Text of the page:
“Think about it. But if you’re interested, I’d love to plug you into our guys here. We need a product manager who’s excited about this and the varying challenges we’re going to face as the enterprise starts using this. This seems like something that’s your jam.”
I went home after that experience and did just that. Sitting under a warm, late summer night’s sky watching planes fly over Foster City, I thought about Vault and Hashicorp as a whole.
I was excited by them. But in deep thought, I realized that what made me so excited about them wasn’t just the technology. It was the people. Armon, Mitchell, and the whole Hashicorp team that I had crossed paths with in the past were amazing. They reminded me a lot like the people I worked with in college — passionate technophiles who liked substance and technology first and honestly didn’t put much time into glitzier aspects of Silicon Valley.
So I did what I had done ten years ago: I went home, jumped on my computer, and applied to join them.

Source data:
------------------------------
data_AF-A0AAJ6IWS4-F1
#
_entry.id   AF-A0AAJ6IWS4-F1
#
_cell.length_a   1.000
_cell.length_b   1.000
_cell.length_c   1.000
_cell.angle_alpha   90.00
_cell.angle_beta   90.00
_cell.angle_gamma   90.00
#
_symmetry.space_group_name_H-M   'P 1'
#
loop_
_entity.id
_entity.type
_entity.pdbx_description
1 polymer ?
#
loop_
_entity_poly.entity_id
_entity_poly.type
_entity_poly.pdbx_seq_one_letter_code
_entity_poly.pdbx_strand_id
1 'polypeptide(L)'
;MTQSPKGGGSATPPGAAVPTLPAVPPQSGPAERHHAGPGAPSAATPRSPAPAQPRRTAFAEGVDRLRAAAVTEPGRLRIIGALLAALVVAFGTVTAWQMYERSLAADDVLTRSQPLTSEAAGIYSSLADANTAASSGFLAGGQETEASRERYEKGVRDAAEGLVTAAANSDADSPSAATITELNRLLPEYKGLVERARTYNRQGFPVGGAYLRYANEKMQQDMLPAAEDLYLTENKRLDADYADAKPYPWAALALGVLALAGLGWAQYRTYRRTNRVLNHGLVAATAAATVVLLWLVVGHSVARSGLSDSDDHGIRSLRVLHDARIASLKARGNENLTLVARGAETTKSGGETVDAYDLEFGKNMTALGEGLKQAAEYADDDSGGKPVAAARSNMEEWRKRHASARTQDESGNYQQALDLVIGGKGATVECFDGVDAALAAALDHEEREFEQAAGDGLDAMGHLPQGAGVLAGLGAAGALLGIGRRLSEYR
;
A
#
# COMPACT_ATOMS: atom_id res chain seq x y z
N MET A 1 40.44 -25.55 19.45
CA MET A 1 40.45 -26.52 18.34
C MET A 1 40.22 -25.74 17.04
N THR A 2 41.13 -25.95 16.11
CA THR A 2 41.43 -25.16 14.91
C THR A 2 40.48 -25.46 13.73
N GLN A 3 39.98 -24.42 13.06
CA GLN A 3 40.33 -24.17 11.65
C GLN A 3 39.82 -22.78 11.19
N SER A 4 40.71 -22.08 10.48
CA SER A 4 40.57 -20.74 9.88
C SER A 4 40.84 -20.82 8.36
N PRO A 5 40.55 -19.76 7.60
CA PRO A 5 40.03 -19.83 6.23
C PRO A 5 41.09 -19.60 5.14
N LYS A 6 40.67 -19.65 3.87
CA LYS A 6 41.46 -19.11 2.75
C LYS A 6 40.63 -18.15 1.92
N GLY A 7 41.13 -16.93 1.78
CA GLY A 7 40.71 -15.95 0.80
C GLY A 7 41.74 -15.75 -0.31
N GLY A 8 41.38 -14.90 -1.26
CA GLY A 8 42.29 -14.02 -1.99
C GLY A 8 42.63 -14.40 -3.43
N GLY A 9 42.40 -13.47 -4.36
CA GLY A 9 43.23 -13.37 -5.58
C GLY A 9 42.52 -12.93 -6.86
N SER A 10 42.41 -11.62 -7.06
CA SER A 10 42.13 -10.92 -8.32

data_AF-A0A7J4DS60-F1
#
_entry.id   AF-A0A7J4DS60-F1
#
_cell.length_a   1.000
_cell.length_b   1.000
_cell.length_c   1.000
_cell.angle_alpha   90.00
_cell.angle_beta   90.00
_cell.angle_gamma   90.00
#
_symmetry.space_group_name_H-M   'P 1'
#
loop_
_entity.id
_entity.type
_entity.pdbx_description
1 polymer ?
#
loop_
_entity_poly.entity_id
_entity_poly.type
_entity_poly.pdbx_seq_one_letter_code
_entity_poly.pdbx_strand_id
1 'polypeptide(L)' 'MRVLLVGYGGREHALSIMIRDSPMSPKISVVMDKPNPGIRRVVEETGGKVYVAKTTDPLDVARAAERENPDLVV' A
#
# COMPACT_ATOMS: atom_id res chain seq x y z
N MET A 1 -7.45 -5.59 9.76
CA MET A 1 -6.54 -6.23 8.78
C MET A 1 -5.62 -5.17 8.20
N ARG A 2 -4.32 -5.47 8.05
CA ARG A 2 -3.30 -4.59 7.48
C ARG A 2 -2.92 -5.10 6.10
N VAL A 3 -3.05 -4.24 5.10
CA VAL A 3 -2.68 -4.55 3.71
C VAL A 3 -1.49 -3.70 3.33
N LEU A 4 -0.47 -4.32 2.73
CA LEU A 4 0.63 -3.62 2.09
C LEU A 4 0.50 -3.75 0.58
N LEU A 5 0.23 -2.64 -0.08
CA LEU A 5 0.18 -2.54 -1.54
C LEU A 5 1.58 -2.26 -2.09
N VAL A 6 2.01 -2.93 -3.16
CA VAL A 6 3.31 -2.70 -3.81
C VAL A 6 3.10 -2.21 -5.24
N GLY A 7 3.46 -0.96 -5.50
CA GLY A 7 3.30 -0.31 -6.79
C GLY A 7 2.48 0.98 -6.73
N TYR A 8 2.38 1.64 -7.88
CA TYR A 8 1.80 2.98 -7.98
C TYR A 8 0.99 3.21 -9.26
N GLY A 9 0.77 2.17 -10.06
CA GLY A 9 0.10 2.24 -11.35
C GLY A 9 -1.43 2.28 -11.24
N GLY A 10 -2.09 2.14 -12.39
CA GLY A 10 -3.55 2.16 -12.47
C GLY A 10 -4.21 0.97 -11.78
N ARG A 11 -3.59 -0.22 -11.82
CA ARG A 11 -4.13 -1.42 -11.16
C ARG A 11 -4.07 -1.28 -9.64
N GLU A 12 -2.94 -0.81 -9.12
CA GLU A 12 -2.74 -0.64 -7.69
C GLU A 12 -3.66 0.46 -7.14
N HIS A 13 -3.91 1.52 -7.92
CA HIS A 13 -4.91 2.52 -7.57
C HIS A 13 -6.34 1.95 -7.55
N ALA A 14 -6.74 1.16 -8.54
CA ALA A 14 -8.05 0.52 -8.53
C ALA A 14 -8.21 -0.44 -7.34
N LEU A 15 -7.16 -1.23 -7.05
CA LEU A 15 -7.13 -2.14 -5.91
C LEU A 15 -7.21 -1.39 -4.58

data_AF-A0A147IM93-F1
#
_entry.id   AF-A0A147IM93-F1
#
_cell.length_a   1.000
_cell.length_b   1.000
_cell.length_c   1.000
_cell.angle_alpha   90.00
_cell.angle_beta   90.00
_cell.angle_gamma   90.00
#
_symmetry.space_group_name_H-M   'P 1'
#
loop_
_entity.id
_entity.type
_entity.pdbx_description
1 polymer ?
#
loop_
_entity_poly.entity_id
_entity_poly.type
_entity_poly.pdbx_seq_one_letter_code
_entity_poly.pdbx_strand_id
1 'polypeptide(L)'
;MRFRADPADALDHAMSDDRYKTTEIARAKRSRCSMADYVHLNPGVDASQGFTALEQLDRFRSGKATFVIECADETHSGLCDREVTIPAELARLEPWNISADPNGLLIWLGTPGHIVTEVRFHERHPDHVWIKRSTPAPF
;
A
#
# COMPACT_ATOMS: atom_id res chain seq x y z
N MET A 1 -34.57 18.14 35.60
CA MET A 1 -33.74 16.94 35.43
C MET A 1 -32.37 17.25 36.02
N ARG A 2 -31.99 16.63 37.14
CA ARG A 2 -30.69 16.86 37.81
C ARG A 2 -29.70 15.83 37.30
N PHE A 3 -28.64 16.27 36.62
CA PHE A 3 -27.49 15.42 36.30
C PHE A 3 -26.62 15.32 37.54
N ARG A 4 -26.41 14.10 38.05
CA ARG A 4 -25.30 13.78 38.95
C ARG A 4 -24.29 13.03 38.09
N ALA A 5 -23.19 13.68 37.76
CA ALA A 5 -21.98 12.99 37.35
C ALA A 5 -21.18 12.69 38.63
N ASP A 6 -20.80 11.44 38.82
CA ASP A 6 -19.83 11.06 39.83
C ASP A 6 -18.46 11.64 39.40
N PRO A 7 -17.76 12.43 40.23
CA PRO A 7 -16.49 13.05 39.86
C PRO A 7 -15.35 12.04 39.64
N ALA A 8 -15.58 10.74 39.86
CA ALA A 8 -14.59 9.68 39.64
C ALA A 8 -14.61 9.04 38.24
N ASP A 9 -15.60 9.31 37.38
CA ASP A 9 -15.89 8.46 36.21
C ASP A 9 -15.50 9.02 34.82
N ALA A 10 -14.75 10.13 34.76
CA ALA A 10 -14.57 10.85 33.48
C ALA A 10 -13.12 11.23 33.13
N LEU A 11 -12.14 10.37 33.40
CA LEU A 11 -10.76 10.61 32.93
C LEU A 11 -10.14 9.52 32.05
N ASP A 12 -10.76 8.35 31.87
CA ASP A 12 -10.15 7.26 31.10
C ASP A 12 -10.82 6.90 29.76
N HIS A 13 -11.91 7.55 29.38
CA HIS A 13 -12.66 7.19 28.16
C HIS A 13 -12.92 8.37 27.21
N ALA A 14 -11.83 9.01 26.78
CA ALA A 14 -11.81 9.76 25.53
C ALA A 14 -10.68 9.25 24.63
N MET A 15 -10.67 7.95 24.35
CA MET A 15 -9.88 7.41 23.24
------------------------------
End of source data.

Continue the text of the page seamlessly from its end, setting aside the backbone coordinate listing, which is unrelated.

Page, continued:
Last week I woke up to the sound of a bird chirping.
I don’t leave my window open here in Chinatown, as there’s a landing just outside and it’s cold enough here in San Francisco as is. But I could still hear the bird, a small finch who flitted around the area outside my window momentarily before taking off.
A quick shower and change and I found myself walking out of our street into the heart of San Francisco. Chinatown during the morning is a cacophony of sound and color — a din so loud that both bled through my music no matter how high the volume.
Nevertheless, I pulled my iPhone out of my pocket and slipped in my earbuds. As I wondered what song to play, I saw the Bay Bridge sparkle in front of my under a crystalline, impossibly blue sky.
I smiled, astonished at the sense of deja vu. Here I was in a life I never thought I’d live, with a team I never knew I’d work with, about to go on and adventure whose end I couldn’t see.
The only thing I really knew was that it was right. I was exactly where I was meant to be, underneath an electric blue sky that stretched deep into the horizon.
I played Let Go.
And I walked to work.